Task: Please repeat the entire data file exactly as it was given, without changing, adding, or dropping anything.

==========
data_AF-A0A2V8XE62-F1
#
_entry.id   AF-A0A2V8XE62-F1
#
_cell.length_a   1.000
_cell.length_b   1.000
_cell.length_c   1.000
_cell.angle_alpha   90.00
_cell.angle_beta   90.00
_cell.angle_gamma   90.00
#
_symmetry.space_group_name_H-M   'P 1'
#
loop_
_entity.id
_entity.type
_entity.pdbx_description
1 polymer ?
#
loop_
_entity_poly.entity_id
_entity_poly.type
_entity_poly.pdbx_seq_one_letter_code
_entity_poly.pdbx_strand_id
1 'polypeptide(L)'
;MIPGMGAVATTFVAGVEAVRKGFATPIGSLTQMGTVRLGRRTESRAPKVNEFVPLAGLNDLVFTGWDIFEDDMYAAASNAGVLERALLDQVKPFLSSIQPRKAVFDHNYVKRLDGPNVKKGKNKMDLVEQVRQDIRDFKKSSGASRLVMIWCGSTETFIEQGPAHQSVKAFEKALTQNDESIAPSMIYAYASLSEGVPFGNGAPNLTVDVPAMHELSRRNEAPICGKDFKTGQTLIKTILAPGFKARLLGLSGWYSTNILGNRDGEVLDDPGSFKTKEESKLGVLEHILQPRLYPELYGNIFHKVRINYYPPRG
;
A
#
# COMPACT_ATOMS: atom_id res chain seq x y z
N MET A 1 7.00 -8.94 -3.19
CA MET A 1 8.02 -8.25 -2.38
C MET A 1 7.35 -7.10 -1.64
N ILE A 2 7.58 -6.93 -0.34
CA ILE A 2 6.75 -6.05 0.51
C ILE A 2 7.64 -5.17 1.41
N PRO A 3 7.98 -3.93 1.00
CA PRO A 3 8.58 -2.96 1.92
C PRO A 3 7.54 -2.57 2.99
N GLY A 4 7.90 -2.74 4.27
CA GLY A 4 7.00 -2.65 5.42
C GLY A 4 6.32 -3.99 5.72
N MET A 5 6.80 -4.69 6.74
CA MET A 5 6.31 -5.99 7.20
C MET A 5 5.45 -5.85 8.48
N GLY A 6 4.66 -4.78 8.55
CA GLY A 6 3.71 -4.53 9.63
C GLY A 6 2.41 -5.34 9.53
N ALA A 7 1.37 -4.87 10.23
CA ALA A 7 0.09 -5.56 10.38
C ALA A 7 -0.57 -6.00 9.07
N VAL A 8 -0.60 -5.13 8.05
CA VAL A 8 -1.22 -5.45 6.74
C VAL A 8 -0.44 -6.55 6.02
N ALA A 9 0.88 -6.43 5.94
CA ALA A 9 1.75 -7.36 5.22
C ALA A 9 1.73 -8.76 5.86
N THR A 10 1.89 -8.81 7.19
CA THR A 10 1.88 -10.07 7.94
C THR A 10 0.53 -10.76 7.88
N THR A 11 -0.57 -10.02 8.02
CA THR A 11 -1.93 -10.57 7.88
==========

data_AF-A0A2V8XE62-F1
#
_entry.id   AF-A0A2V8XE62-F1
#
_cell.length_a   1.000
_cell.length_b   1.000
_cell.length_c   1.000
_cell.angle_alpha   90.00
_cell.angle_beta   90.00
_cell.angle_gamma   90.00
#
_symmetry.space_group_name_H-M   'P 1'
#
loop_
_entity.id
_entity.type
_entity.pdbx_description
1 polymer ?
#
loop_
_entity_poly.entity_id
_entity_poly.type
_entity_poly.pdbx_seq_one_letter_code
_entity_poly.pdbx_strand_id
1 'polypeptide(L)'
;MIPGMGAVATTFVAGVEAVRKGFATPIGSLTQMGTVRLGRRTESRAPKVNEFVPLAGLNDLVFTGWDIFEDDMYAAASNAGVLERALLDQVKPFLSSIQPRKAVFDHNYVKRLDGPNVKKGKNKMDLVEQVRQDIRDFKKSSGASRLVMIWCGSTETFIEQGPAHQSVKAFEKALTQNDESIAPSMIYAYASLSEGVPFGNGAPNLTVDVPAMHELSRRNEAPICGKDFKTGQTLIKTILAPGFKARLLGLSGWYSTNILGNRDGEVLDDPGSFKTKEESKLGVLEHILQPRLYPELYGNIFHKVRINYYPPRG
;
A
#
# COMPACT_ATOMS: atom_id res chain seq x y z
N MET A 1 7.00 -8.94 -3.19
CA MET A 1 8.02 -8.25 -2.38
C MET A 1 7.35 -7.10 -1.64
N ILE A 2 7.58 -6.93 -0.34
CA ILE A 2 6.75 -6.05 0.51
C ILE A 2 7.64 -5.17 1.41
N PRO A 3 7.98 -3.93 1.00
CA PRO A 3 8.58 -2.96 1.92
C PRO A 3 7.54 -2.57 2.99
N GLY A 4 7.90 -2.74 4.27
CA GLY A 4 7.00 -2.65 5.42
C GLY A 4 6.32 -3.99 5.72
N MET A 5 6.80 -4.69 6.74
CA MET A 5 6.31 -5.99 7.20
C MET A 5 5.45 -5.85 8.48
N GLY A 6 4.66 -4.78 8.55
CA GLY A 6 3.71 -4.53 9.63
C GLY A 6 2.41 -5.34 9.53
N ALA A 7 1.37 -4.87 10.23
CA ALA A 7 0.09 -5.56 10.38
C ALA A 7 -0.57 -6.00 9.07
N VAL A 8 -0.60 -5.13 8.05
CA VAL A 8 -1.22 -5.45 6.74
C VAL A 8 -0.44 -6.55 6.02
N ALA A 9 0.88 -6.43 5.94
CA ALA A 9 1.75 -7.36 5.22
C ALA A 9 1.73 -8.76 5.86
N THR A 10 1.89 -8.81 7.19
CA THR A 10 1.88 -10.07 7.94
C THR A 10 0.53 -10.76 7.88
N THR A 11 -0.57 -10.02 8.02
CA THR A 11 -1.93 -10.57 7.88